Marci Penner and her father, Mil Penner, didn’t plan to become the voice for rural Kansas when they hit the backroads for a travel guidebook in the late 1980s.
But when a thousand people showed up for a book signing on their farm in Inman (pop. 1,142) in 1990, the Penners knew Kansans were hungry for information about those interesting, out-of-the-way places scattered across the Sunflower State.
“We’d stop at the post office or the library or cafe to ask for information,” recalls Mil, 72. “Again and again, people in these small towns would say, ‘We don’t have anything of interest here.’”
Meanwhile, the Penners struck travelers’ gold: old-time hardware stores, drive-in theaters, and attractions—such as The Gallery of Also-Rans in Norton (pop. 3,012), starring presidential candidates who lost, and a tiny chapel in Cedar Vale (pop. 723) built by a farmer for his wife, in the middle of a cow pasture.
“All these towns offer an authentic experience that people yearn for,” says Marci, 45. “People want to go into a local cafe and hear the local gossip and get called ‘honey’ and visit a local store and be waited on.”
It wasn’t long before the Penners’ brainstorming led to formation of the Kansas Sampler Foundation. Embracing and preserving such rural treasures is the goal of the foundation, headquartered on the Penners’ family farm. The foundation sponsors an annual Kansas Sampler Festival, scheduled Oct. 6-7 in Ottawa (pop. 11,921), during which people can find out what there is to see and do in Kansas. Through its Explorers Club, seminars, newsletters, slide shows, and traveling “Go Kansas!” game show, the foundation promotes the often overlooked history and attractions in rural Kansas.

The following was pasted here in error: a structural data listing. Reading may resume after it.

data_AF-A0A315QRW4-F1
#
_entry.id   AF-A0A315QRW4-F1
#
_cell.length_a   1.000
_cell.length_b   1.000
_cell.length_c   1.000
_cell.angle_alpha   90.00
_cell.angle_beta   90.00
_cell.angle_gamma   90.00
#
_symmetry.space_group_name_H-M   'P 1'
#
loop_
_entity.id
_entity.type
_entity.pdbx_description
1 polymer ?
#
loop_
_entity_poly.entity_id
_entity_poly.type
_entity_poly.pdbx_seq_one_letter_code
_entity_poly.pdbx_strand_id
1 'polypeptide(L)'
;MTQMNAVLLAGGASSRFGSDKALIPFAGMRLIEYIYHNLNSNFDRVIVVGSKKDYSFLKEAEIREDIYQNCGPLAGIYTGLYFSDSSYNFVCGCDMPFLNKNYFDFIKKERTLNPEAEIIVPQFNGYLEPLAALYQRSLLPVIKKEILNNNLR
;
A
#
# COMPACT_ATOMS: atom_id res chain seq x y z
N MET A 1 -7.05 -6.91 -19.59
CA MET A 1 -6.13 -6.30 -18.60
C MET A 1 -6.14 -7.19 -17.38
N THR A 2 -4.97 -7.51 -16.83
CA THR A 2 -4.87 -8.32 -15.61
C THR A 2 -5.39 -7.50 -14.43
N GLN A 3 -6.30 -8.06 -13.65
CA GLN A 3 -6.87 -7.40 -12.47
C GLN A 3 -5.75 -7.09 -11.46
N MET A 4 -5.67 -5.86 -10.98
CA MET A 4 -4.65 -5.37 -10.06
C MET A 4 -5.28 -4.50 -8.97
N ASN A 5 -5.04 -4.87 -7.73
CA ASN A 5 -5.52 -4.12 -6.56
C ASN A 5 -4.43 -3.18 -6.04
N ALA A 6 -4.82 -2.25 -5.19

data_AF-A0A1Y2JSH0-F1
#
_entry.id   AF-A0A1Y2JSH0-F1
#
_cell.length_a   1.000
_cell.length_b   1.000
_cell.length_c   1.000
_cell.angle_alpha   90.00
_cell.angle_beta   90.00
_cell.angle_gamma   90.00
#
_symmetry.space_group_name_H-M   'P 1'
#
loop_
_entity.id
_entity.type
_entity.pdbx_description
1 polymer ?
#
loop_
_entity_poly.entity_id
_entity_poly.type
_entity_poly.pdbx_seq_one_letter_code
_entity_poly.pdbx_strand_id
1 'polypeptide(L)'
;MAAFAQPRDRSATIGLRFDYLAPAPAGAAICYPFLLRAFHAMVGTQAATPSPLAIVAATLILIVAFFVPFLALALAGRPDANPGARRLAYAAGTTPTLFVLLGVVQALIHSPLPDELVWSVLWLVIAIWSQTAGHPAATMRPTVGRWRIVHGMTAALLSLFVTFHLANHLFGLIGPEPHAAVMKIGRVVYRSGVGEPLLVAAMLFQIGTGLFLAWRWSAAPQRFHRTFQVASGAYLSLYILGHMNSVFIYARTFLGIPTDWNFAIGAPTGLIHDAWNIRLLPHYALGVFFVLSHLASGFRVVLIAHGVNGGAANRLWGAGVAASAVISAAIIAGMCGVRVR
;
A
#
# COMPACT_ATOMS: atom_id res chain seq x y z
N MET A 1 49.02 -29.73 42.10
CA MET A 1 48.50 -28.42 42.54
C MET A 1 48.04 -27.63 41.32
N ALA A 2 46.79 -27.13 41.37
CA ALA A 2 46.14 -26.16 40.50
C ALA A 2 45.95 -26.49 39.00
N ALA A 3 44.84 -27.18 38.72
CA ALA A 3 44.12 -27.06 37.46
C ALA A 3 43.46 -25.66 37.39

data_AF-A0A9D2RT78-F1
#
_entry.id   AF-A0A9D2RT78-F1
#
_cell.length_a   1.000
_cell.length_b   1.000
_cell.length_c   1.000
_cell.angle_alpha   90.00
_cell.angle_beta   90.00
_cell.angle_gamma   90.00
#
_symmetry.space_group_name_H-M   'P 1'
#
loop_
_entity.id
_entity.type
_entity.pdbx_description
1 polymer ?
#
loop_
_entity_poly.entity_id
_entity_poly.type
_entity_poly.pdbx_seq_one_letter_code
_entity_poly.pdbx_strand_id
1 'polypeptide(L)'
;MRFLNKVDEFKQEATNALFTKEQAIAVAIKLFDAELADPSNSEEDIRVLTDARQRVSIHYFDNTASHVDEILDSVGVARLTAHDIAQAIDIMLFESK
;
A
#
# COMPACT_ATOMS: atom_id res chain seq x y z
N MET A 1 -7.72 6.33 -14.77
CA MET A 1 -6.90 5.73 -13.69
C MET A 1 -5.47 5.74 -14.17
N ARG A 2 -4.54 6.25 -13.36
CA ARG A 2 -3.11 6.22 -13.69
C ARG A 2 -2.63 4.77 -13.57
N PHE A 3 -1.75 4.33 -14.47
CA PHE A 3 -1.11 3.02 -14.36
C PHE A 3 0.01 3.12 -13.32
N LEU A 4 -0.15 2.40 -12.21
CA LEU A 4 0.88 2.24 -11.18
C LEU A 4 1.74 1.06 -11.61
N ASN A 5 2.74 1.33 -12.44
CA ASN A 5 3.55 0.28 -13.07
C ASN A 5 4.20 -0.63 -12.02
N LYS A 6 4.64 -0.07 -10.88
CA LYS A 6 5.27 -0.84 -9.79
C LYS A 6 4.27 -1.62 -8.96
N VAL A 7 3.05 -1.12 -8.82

Explorers share their finds in the group’s newsletter: a root beer float sipped at an old-fashioned soda fountain in Greensburg (pop. 1,574); chocolates from Henry’s Candy Factory, home of the O’Henry candy bar, in Dexter (pop. 364); and the century-old rock fences posted across the Smoky Hills region. One Explorer, Larry Woydziak, is visiting a bowling alley in every county and writing about his adventures.
Linda Geffert, co-owner of Lizard Lips and Deli near Toronto (pop. 312), knows firsthand the power of the foundation. In May 2000, Marci challenged 1,000 Explorers to spend at least $5 over the coming year to save Lizard Lips. Within 10 months, more than 750 Explorers met the challenge.
Keeping mom-and-pop shops open means more than just saving a business or small town, though. “This is saving a way of life,” Geffert adds.
Mil tells about meeting Leon Wegner, who was repairing a corncrib at Windmill Garden, an agricultural museum in Hiawatha (pop. 3,317).
“He had tears as he told me about sitting around with some other old dairy farmers, talking about the number of dairy farms closing. A young lady piped up and said, ‘Oh, don’t worry. We can go to the grocery store for milk,’” relates Mil. “Leon said he wanted his grandchildren to know how it used to be on the farm and where food comes from.”
Because of the Penners and the foundation, communities are seeing the value in saving “how it used to be,” says Susie Haver, curator of the Brown Grand Mansion, a restored opera house in Concordia (pop. 5,714).
“We now have inspiration, hope, and a whole network of people in other small towns to give us the courage and support to keep going,” Haver says. “Most of all, Marci is making us see what we have and to be proud of it. I can tell you this. I no longer apologize that I live in rural Kansas.”